Few readers today realize that most of Dickens’ Christmas stories, including a Christmas Carol, were actually ghost stories – some perfect for Halloween. “A Christmas Dinner” includes a recipe perfect in its colorful orange presentation for a light meal on Halloween before the onslaught of candy.
The recipe for Cheese Rarebit was featured in an 18th-century British cookbook known to have been kept in the Dickens’ kitchen by his wife Catherine. Here in the 21st century, culinary historian Alice Ross has updated the recipe for the modern cook, included below.
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An English Rarebit
Cut a handsome toast of Bread without Crust, and shave a good Quantity of Cheese very fine.
Set a Tin Oven before the fire, and have in Readiness a Glass of red Port Wine.
Toast the bread carefully on both Sides, then pour the Wine upon it, and turn it.
When it has soaked up the wine spread the scraped Cheese thick upon it, lay it in the Oven, and place it before a good fire; the Cheese will do very quickly and very finely. Send it up very hot. There are three Ways of toasting cheese: the first is the genuine Method, and those who are fond of Cheese prefer it to either of the others.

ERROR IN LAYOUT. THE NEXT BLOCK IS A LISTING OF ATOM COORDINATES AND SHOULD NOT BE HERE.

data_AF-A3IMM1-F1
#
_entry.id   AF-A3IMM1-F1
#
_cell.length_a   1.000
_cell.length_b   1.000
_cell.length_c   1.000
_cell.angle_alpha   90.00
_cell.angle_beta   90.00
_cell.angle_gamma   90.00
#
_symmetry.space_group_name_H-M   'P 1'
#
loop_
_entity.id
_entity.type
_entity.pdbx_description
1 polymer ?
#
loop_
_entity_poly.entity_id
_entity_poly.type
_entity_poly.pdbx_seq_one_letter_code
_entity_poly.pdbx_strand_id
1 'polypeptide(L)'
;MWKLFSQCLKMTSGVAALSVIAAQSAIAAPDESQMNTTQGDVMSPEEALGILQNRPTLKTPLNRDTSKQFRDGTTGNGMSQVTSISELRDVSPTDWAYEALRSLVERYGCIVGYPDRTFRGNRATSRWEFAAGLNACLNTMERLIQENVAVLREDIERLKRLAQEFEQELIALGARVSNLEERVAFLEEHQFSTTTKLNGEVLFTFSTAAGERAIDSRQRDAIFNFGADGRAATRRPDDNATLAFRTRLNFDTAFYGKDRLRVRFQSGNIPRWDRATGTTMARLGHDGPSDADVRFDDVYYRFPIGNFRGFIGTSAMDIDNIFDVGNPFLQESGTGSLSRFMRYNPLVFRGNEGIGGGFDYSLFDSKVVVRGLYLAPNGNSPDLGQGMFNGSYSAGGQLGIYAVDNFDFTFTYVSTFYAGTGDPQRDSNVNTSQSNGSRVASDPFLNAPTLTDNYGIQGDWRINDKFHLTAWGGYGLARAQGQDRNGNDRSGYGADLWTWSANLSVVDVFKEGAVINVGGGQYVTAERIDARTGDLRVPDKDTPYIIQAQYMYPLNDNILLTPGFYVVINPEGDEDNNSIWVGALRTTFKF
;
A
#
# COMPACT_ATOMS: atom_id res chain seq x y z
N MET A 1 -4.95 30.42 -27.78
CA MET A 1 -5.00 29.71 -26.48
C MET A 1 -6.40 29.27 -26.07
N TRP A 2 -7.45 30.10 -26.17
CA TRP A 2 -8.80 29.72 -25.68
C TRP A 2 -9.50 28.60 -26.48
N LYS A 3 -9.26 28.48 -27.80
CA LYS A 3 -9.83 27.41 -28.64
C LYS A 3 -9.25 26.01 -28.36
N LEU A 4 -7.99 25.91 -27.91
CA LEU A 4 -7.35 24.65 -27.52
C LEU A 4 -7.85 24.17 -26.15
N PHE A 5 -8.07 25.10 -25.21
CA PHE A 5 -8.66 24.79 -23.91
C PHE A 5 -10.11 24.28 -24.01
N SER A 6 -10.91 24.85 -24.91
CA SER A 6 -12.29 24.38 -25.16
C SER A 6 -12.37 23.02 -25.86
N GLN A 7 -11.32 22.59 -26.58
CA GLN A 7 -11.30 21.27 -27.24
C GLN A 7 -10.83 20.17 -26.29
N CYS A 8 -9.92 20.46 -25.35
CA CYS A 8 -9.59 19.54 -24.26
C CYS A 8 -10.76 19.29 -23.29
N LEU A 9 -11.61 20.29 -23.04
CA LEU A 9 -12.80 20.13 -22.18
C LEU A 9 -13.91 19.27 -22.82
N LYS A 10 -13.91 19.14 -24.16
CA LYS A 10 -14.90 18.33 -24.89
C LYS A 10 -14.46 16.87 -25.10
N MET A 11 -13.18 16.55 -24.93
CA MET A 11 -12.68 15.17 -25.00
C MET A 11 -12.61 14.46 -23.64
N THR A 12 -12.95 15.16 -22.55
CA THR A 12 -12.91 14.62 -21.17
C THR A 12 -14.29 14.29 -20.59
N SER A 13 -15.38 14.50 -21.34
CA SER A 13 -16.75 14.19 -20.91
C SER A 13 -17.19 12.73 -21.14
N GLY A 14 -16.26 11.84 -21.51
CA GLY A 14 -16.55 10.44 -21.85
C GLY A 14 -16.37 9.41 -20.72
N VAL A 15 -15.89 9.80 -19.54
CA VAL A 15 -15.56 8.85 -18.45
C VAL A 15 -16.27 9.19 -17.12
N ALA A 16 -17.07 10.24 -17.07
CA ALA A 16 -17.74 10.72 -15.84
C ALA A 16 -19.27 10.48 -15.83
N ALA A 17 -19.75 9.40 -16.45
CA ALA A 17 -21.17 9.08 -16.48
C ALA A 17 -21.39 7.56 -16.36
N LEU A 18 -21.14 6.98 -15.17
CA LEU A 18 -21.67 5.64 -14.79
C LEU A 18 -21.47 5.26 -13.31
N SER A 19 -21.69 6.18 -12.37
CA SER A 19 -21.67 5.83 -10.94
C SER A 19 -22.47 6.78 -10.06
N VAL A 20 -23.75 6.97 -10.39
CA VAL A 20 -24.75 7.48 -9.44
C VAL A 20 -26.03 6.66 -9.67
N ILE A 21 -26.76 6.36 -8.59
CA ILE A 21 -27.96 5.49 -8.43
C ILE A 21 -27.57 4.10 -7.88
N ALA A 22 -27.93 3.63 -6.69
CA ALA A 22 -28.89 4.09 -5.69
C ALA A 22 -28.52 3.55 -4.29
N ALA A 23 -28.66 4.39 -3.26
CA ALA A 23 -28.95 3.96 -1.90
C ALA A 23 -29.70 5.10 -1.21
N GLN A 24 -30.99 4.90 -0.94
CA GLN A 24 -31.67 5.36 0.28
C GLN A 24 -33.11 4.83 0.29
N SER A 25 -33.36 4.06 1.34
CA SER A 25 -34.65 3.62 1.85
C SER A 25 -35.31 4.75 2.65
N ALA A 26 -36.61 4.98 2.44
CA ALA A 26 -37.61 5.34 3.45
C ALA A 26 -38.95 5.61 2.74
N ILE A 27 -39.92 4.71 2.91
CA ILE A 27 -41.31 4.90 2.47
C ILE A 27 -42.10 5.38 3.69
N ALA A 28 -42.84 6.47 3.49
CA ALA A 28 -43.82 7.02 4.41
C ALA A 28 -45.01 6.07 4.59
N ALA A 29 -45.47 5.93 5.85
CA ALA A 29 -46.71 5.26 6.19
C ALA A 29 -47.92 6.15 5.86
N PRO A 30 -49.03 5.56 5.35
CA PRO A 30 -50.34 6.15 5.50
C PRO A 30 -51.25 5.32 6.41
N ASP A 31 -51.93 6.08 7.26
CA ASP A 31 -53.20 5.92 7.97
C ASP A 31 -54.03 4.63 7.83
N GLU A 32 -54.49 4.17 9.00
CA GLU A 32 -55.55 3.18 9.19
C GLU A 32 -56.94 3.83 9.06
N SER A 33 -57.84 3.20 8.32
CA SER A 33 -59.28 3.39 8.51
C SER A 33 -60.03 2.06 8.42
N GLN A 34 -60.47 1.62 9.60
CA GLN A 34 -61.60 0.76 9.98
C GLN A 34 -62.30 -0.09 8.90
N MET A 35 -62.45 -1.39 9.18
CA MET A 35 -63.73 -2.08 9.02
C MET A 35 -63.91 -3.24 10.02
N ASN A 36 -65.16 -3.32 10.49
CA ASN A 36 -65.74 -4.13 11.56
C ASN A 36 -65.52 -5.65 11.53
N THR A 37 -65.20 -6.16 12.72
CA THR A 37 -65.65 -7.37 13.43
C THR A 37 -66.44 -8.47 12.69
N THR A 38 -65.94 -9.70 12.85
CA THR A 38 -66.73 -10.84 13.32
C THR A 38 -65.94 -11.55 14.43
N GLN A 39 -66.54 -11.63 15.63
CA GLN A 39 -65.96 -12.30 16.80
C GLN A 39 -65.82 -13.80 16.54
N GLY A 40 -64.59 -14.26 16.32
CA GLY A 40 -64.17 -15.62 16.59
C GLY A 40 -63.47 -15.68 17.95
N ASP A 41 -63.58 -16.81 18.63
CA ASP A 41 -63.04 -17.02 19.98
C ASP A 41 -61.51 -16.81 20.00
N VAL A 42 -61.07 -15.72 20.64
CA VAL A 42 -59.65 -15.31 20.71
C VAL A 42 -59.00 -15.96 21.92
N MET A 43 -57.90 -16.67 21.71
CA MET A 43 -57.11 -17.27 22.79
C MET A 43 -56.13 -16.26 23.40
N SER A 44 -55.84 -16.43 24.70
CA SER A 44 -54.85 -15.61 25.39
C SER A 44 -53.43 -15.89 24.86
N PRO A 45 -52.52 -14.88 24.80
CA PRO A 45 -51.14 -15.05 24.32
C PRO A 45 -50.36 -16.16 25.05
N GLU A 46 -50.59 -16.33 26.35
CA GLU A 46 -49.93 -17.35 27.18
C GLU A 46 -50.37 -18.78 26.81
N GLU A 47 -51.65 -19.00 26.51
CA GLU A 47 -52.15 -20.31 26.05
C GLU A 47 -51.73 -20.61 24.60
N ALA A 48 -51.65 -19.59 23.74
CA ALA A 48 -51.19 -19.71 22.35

One would think nothing could be easier than to toast a Slice of Cheese, and yet not only in private Families but at Taverns we see nothing is done so badly: The Directions here given are easy to be observed, and they will never fail to send it up either Way mellow, hot, well done, and with the bread crisp and soft.
-Martha Bradley, “The British Housewife” (London, 1756)
8 thick slices of bread, with crusts removed
24 ounces port wine *(If making for children, apple juice can be substituted for wine)
1 lb. cheese: Stilton or cheddar, grated
Cut thick slabs of bread, remove crusts, and toast on both sides in a broiler.
Pour the wine on the toast quickly.
Spread the cheese thickly atop the toast, and return to the broiler until it is melted.
Red Rock Press